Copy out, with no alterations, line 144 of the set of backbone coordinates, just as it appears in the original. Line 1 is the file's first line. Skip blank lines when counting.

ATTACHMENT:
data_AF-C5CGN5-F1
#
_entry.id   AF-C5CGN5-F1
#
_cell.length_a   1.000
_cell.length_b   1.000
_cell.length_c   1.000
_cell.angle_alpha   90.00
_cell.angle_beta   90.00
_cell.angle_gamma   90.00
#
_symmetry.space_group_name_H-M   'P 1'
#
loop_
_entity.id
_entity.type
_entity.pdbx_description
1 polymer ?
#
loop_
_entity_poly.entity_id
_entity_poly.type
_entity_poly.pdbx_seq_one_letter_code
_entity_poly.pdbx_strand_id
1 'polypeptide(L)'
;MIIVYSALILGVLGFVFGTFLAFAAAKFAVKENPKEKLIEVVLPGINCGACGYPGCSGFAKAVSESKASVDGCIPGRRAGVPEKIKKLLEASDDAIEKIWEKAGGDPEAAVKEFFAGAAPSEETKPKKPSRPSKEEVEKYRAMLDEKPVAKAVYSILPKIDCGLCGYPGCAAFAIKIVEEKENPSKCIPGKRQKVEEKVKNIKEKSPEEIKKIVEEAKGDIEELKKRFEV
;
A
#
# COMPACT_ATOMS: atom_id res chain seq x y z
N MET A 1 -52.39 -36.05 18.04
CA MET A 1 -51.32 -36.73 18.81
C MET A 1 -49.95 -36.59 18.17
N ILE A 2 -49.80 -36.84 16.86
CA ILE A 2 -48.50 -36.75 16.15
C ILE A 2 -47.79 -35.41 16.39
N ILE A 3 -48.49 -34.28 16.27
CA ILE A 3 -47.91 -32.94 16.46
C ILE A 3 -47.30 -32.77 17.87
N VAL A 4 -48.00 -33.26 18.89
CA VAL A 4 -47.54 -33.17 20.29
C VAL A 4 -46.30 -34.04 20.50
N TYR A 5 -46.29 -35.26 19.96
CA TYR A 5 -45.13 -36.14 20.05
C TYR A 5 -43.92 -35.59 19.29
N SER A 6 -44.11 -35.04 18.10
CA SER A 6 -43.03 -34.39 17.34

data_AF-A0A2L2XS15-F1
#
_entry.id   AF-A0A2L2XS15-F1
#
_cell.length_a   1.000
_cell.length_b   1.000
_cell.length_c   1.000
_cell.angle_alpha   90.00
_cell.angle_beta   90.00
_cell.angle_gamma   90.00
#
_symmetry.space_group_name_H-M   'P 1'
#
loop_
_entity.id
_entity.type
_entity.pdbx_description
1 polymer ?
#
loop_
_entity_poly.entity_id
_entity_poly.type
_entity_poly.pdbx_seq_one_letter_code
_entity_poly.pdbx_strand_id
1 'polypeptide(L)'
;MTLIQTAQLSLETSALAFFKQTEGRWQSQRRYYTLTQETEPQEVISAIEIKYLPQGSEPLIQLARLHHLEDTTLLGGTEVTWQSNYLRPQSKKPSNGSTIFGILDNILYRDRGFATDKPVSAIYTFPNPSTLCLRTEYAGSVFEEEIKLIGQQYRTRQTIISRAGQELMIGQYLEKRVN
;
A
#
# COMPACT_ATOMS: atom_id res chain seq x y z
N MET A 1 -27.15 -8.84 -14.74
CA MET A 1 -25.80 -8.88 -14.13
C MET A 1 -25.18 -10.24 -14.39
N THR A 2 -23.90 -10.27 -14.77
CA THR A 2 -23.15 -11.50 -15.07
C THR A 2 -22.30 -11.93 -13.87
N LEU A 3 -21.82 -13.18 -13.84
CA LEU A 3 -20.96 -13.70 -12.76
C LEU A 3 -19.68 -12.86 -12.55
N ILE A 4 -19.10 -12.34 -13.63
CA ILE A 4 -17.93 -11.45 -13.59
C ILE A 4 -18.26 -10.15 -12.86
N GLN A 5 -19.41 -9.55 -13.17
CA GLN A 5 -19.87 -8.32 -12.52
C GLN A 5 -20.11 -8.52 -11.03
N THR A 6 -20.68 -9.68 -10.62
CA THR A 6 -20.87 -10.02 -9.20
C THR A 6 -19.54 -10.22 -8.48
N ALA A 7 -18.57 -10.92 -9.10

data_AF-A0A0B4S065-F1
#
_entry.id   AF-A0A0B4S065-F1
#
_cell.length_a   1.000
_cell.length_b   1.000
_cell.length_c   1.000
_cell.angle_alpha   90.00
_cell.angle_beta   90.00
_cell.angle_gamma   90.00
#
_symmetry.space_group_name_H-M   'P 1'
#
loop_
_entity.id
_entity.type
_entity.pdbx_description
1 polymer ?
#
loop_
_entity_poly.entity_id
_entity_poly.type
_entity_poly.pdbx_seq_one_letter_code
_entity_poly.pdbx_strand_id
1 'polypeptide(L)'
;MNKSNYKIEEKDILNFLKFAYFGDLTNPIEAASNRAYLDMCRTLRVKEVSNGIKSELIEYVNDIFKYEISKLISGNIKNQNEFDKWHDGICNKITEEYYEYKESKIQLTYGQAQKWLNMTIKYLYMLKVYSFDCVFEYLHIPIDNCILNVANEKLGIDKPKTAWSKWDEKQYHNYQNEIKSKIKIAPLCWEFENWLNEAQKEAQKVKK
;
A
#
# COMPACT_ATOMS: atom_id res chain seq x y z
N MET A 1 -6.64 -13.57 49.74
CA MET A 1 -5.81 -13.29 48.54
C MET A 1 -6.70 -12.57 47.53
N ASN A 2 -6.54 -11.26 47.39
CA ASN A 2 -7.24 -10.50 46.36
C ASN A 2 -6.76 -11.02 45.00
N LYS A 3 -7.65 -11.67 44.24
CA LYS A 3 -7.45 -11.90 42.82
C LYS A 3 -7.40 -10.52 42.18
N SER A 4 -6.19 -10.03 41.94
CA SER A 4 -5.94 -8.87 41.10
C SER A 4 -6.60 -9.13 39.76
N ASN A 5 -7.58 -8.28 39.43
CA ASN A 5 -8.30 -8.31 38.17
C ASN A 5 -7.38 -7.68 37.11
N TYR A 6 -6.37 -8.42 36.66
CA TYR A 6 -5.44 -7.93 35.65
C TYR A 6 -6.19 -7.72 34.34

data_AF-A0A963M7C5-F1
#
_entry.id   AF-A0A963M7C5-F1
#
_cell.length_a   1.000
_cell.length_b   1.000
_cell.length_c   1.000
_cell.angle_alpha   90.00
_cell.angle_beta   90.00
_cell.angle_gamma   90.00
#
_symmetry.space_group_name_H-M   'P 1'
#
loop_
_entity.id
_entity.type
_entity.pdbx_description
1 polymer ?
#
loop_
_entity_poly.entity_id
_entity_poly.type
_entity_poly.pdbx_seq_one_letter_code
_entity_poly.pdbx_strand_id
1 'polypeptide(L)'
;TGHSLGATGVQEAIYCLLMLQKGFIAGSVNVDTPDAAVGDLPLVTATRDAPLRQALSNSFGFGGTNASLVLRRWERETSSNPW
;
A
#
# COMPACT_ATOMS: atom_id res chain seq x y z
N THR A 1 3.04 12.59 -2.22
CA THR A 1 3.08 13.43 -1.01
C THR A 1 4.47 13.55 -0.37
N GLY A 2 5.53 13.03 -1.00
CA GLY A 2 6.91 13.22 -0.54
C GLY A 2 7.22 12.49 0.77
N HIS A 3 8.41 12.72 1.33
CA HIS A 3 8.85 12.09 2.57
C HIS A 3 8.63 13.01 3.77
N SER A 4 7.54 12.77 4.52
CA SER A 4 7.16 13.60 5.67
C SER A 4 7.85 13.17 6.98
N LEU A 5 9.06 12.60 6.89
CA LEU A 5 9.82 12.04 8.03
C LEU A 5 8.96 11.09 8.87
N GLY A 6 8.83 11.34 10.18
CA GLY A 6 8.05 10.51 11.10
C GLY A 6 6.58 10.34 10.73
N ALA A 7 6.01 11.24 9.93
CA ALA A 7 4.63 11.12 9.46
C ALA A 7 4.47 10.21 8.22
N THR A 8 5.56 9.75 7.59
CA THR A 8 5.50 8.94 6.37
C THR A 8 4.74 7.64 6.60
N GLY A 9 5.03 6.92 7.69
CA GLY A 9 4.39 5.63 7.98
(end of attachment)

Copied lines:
C TYR A 6 -6.19 -7.72 34.34